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Chargeback Basics You Should Know

February 14, 2013 by · Leave a Comment 

Article Submitted by:  Solid Trust Pay.

Being able to accept credit card payments is great for your business. It can increase sales and will attract more customers while giving you a competitive edge over your competitors. But along with all the benefits, credit cards also come with a degree of risk, the most important aspect which you need to be well versed on being chargebacks.

What is a chargeback?

It is when a credit card holder disputes a charge on his credit card statement with his credit card company and the amount of the transaction which had been credited for the disputed transaction having to be debited to the card holder’s account. The most common reasons for such disputes are:

  • The payment not been authorized by the card holder. This can happen when the credit card has been stolen resulting in a fraudulent transaction.
  • The card holder has ordered a product online and has not received the product. This can be a result of the card holder acting fraudulently but the result will be that the merchant will be held responsible and will be charged accordingly if he cannot prove otherwise.
  • Credit is not processed. In the event the customer has returned the product he purchased with the credit card back to the merchant due to the product not being what was ordered and requested for the payment to be refunded, but it has not been returned.
  • Technical issues resulting in the customer being charged twice for the same transaction.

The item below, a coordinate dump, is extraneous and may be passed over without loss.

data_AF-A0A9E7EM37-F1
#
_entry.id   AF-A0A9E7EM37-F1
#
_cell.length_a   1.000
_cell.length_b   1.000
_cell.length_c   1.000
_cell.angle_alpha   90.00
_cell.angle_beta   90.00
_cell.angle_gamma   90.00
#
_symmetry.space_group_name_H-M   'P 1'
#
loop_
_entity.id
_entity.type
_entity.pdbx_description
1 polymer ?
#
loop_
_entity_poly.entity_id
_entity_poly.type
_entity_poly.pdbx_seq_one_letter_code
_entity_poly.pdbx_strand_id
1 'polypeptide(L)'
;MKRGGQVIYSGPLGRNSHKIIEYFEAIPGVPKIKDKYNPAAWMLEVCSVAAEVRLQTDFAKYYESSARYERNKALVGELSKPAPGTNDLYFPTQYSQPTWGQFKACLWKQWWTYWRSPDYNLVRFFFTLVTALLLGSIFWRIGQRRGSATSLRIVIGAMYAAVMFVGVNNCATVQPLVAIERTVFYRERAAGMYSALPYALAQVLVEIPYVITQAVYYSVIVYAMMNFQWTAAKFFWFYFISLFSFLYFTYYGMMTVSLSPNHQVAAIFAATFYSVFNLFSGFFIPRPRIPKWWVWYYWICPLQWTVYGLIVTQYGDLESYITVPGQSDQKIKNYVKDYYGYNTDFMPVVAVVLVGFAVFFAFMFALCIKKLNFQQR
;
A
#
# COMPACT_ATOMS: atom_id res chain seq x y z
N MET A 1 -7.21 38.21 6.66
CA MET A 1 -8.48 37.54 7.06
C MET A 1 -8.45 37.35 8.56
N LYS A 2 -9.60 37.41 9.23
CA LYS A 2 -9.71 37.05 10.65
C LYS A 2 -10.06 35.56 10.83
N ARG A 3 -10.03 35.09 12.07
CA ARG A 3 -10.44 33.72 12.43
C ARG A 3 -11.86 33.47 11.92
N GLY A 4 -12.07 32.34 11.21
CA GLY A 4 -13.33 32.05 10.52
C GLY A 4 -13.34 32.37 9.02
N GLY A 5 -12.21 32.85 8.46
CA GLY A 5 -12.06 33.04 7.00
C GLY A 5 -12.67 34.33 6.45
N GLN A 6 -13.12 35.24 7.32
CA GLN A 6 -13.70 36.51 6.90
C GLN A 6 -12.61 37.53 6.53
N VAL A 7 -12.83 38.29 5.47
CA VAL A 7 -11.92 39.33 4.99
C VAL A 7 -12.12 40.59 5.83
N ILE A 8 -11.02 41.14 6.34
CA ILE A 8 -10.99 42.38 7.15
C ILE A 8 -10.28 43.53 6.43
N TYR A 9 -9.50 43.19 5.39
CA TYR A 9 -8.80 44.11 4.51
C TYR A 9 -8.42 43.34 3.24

The process

The chargeback process begins when a customer makes a complaint to the credit card issuing company regarding a particular charge on his card. The credit card company will refer the matter to the relevant merchant bank that will in turn refer it to the merchant who will have to provide proof to show that he did in fact provide the goods or services in question. This can be proved by providing sales receipts as evidence. If the merchant can prove that the transaction was a valid one he will not be responsible for the chargeback but in the event he is unable to so do he has to inform acceptance of the chargeback to the merchant bank and debit the customer’s account with the relevant charge.

The effect on the merchant

A chargeback involves a cost to the merchant including fees charged by the merchant bank and the considerable amount of time spent to fight the chargeback and if you cannot prove otherwise you will have to refund the money and if you have already sent the goods to the customer bear the cost of the product and shipping costs as well.

The worst is if you have a high rate of chargebacks you will be considered as a high risk merchant by the merchant banks and will face the consequences.

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